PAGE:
The Third Congress continued the basic subject areas of its predecessors, with sessions on planning and administration; classification and cataloging, information storage and retrieval; bibliography; education and manpower; national and regional systems in developed countries; and individual libraries.
Professor Kazuo Urata, Chairman of the 5ICML Japan Organizing Committee Program Committee, was the principal author of a paper describing a computerized serials control system which had been developed at Keio University. This was a topic of much interest and primacy concern in the 1960s, and the pioneering work of a number of libraries and systems in different countries undertaken in that period laid a solid ground for the present high level of development of such programs.
This congress was the first which addressed the problems of medical libraries in developing countries in depth. It featured a series of survey papers on South Asia, Latin America, the Middle East, and Africa. Other papers dealt with specific countries or systems and the state of bibliographic control. There were not very many delegates from developing countries present in Amsterdam, and active participation in the congresses by developing countries first took place in Belgrade, where approximately one-third of the attendees were from these countries.
The Fourth Congress was divided into three major sub-topics: infrastructure for health services; new technology applied to health information services; and cooperation through health information systems. Ninety-one papers were given at Belgrade, and the vital involvement of Japanese librarians with international cooperation and automation was demonstrated by a number of papers given by a distinguished group of speakers, among them, Dr. Shunichi Yamamoto, and Messrs. Yoshio Amano, Toshinobu Suga, and Masaaki Tonosaki. The work and organization of SEAMIC (Southeast Asia Medical Information Centre) was outlined as were a number of automated systems.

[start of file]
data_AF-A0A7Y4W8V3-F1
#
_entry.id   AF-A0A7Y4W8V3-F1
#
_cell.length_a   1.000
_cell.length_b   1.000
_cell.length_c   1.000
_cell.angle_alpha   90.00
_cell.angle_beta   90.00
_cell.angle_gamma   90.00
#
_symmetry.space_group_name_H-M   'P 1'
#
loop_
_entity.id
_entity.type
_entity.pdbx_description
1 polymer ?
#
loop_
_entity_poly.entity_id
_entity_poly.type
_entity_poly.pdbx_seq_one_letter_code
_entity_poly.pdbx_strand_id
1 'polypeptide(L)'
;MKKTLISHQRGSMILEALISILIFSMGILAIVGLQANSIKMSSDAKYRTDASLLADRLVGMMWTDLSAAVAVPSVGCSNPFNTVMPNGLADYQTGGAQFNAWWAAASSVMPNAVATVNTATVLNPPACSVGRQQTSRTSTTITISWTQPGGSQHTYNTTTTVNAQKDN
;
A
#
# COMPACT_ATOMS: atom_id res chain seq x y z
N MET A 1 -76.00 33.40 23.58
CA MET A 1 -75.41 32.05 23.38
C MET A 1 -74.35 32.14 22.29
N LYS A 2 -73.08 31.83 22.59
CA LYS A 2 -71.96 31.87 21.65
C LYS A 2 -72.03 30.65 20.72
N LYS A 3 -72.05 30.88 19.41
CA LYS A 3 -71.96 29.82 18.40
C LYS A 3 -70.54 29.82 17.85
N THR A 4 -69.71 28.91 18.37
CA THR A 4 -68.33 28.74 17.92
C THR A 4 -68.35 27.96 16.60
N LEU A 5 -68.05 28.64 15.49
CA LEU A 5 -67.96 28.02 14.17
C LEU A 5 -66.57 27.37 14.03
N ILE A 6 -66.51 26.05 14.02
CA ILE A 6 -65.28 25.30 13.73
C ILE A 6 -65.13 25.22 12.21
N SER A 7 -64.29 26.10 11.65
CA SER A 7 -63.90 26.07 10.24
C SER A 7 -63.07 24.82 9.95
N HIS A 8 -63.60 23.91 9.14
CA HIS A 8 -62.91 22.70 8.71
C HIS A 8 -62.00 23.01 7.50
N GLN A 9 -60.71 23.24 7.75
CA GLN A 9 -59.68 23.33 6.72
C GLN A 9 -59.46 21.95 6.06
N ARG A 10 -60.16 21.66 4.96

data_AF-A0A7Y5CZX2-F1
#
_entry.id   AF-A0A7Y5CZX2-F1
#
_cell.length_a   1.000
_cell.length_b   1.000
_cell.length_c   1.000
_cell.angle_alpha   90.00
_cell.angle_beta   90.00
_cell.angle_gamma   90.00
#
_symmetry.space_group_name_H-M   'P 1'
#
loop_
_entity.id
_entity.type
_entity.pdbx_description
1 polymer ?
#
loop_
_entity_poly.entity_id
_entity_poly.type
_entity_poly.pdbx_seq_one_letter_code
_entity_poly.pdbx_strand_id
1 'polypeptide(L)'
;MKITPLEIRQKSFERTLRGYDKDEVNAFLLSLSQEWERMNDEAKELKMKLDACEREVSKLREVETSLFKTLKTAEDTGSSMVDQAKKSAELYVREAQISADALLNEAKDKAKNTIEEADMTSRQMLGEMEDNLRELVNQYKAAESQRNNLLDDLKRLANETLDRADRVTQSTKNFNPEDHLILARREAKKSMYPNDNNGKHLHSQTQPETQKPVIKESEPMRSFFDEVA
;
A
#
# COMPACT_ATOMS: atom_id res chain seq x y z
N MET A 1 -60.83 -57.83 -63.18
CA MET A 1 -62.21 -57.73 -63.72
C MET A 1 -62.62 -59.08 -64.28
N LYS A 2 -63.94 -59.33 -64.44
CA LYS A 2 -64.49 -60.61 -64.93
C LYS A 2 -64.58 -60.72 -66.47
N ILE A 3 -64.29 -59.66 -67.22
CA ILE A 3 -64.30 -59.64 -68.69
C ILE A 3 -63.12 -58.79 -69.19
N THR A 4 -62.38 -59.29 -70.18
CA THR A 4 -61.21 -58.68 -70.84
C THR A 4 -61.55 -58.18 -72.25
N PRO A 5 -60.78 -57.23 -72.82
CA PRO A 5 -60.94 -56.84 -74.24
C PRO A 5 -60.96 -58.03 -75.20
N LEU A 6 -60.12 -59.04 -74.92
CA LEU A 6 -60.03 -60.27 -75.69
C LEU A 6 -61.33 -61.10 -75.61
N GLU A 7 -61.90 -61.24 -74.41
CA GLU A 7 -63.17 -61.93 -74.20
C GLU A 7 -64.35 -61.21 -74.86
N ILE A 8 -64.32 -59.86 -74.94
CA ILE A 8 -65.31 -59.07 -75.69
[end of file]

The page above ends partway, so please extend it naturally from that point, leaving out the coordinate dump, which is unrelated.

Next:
A major concern of the delegates in Belgrade was the future planning of the congresses, as it had been a concern of each preceding congress. The period between the third and fourth meetings had been too long. At the very first congress, the attendees had hoped that the congresses would take place at five year intervals, but that goal had not yet been achieved by 1980. A major development between the third and fourth congresses had been the reorganization of IFLA and the founding of its Section of Biological and Medical Sciences Libraries in 1977. This organization now seemed to many delegates to offer the opportunity of having a permanent structure which was affiliated with a recognized international library organization which could offer support an continuity to the organization of the congress, a focus for international activities among medical libraries, and a formal "home." It had been the hope of the organizers of the First Congress that an international medical library association would be organized as an outgrowth of the Congress, but after much discussion, it appeared that more preparatory work was required before action could be taken. An interim meeting was held in Brussels in September 1955 to discuss this issue. One hundred delegates at that meeting, held in conjunction with the International Congress of Libraries and Documentation Centres, agreed to work for national groupings of medical librarians, urged closer collaboration with the medical profession, called for more instruction for medical students in the use of libraries and the medical literature, and advocated an increase in the exchange of publications. With the establishment of the IFLA Section, it is hoped that libraries will take the opportunity to join it and that it may become, in fact, the international focus of medical librarianship.
The burgeoning development of the World Health Organization's Health Literature Service Programme, which is coordinated by its Office of Library and Health Literature Services in Geneva, was a second major factor on the international scene and one that offered strong links between libraries throughout the world. The WHO Library had been represented at all of the previous congresses with reports of its activities, but at the Fourth Congress a special program was held for the librarians in its various regional offices who were brought to Belgrade, and whose participation greatly strengthened the meeting. The planning and organization of the Fifth Congress was, therefore, entrusted by the delegates to the IFLA Section, and WHO was asked to become, with IFLA, a permanent co-sponsor of the future congresses.